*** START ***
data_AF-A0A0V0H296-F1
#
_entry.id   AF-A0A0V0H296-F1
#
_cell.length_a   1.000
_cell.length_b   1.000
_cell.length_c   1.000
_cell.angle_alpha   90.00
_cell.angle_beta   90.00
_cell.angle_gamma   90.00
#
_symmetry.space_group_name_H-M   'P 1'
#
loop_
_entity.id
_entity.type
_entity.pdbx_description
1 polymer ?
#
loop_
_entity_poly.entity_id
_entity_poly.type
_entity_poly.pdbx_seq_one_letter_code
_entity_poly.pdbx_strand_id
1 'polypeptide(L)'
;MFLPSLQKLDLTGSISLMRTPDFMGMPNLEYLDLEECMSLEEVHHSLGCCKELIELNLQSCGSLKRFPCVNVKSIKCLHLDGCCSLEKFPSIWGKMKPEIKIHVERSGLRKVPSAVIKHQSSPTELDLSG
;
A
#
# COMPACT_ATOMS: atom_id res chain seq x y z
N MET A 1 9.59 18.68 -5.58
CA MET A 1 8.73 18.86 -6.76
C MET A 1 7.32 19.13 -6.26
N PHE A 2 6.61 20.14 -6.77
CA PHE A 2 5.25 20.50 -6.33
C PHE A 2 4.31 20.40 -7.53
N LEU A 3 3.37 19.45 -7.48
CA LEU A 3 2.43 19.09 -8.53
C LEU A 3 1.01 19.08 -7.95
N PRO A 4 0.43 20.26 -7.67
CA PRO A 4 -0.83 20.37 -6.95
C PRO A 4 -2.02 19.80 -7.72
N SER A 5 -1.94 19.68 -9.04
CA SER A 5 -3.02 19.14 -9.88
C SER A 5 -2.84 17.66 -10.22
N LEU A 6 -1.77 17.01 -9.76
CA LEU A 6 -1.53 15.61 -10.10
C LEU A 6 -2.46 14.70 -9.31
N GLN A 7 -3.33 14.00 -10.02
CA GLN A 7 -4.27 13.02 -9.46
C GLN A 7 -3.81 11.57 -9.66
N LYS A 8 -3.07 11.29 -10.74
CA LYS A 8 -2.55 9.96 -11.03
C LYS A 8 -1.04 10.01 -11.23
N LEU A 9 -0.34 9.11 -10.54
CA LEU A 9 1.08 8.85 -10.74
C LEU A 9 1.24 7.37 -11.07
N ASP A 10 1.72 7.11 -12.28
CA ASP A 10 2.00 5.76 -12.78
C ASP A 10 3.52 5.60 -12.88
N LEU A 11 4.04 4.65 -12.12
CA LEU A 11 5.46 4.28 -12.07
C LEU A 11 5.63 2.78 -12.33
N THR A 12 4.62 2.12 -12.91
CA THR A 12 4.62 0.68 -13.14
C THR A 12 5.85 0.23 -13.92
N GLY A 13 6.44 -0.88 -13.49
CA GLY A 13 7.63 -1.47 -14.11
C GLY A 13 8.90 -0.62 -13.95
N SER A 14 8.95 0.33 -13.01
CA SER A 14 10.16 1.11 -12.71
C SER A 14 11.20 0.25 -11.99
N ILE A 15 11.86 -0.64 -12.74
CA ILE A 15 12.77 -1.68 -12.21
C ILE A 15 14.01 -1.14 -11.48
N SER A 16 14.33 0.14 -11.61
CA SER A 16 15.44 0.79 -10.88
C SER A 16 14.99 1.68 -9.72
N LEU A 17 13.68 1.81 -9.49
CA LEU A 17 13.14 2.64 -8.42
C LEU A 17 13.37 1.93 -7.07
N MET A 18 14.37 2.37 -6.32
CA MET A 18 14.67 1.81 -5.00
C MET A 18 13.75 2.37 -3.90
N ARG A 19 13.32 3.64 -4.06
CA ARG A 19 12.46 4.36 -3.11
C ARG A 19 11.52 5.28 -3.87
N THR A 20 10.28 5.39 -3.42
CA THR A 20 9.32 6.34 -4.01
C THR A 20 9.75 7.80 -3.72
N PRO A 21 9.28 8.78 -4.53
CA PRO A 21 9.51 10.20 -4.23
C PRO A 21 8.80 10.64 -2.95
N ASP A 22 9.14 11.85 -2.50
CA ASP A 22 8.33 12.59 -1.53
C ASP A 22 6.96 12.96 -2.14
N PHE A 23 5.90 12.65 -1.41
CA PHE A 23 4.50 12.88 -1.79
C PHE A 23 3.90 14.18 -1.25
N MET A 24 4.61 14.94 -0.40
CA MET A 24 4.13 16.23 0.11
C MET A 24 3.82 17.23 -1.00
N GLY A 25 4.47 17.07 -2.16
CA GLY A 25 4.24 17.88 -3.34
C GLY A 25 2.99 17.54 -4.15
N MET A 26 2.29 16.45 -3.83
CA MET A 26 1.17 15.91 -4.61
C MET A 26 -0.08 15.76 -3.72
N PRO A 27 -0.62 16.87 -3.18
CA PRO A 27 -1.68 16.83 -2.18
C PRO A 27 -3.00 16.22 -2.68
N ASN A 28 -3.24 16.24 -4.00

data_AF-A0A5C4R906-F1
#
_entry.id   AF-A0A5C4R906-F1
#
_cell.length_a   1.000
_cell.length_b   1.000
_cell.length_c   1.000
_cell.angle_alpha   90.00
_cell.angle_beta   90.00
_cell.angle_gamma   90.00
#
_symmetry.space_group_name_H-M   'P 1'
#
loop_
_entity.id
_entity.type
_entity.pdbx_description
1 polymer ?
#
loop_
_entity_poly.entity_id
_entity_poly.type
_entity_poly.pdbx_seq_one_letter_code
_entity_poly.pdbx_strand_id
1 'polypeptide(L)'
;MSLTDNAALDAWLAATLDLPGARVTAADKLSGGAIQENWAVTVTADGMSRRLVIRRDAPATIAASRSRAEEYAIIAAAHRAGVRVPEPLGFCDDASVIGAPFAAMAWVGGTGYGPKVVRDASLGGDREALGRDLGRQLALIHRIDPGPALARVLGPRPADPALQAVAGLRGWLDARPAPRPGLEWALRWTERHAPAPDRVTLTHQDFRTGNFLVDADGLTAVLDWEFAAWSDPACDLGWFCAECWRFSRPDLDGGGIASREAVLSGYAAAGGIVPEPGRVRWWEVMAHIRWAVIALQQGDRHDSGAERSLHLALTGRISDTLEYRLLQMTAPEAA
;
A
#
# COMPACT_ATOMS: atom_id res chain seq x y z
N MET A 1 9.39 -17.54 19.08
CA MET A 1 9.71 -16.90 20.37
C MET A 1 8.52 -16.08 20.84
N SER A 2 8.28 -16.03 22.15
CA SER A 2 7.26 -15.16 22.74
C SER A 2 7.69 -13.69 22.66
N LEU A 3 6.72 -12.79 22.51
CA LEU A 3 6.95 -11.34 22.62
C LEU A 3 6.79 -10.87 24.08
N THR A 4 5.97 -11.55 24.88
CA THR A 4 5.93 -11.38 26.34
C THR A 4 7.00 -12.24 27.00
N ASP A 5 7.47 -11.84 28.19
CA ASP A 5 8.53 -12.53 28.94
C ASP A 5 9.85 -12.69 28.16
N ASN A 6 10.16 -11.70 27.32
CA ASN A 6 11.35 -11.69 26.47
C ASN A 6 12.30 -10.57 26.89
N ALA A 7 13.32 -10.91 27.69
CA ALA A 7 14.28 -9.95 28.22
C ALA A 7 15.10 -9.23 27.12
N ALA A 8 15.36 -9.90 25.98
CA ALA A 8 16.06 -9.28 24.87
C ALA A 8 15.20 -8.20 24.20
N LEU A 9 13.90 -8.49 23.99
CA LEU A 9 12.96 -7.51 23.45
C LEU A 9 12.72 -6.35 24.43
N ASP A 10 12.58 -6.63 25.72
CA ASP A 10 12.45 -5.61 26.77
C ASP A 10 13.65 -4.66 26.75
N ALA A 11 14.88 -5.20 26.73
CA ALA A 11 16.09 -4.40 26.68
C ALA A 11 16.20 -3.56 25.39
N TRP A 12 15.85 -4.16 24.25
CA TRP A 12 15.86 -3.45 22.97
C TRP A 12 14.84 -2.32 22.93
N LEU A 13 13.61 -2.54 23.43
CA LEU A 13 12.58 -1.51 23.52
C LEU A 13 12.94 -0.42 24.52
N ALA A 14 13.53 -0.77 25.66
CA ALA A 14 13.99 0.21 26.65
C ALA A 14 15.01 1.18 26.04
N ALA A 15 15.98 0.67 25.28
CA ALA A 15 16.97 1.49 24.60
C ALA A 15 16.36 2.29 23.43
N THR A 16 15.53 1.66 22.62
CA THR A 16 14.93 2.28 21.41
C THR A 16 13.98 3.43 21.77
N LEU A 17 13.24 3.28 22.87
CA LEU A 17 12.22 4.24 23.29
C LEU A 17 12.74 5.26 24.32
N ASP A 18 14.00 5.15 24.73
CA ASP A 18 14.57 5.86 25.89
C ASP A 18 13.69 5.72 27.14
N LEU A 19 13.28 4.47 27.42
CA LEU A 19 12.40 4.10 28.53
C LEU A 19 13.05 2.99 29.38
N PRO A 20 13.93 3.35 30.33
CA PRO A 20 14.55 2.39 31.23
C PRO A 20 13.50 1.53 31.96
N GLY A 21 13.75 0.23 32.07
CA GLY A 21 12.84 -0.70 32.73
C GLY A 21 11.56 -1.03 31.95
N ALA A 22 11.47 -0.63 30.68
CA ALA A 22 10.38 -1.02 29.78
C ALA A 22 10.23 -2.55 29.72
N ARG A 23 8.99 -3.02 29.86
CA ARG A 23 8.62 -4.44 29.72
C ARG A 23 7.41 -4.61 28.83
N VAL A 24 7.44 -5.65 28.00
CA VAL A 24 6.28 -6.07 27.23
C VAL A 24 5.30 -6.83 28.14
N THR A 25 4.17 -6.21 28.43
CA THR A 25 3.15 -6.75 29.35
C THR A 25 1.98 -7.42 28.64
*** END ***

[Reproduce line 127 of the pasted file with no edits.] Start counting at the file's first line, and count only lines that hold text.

_entity.id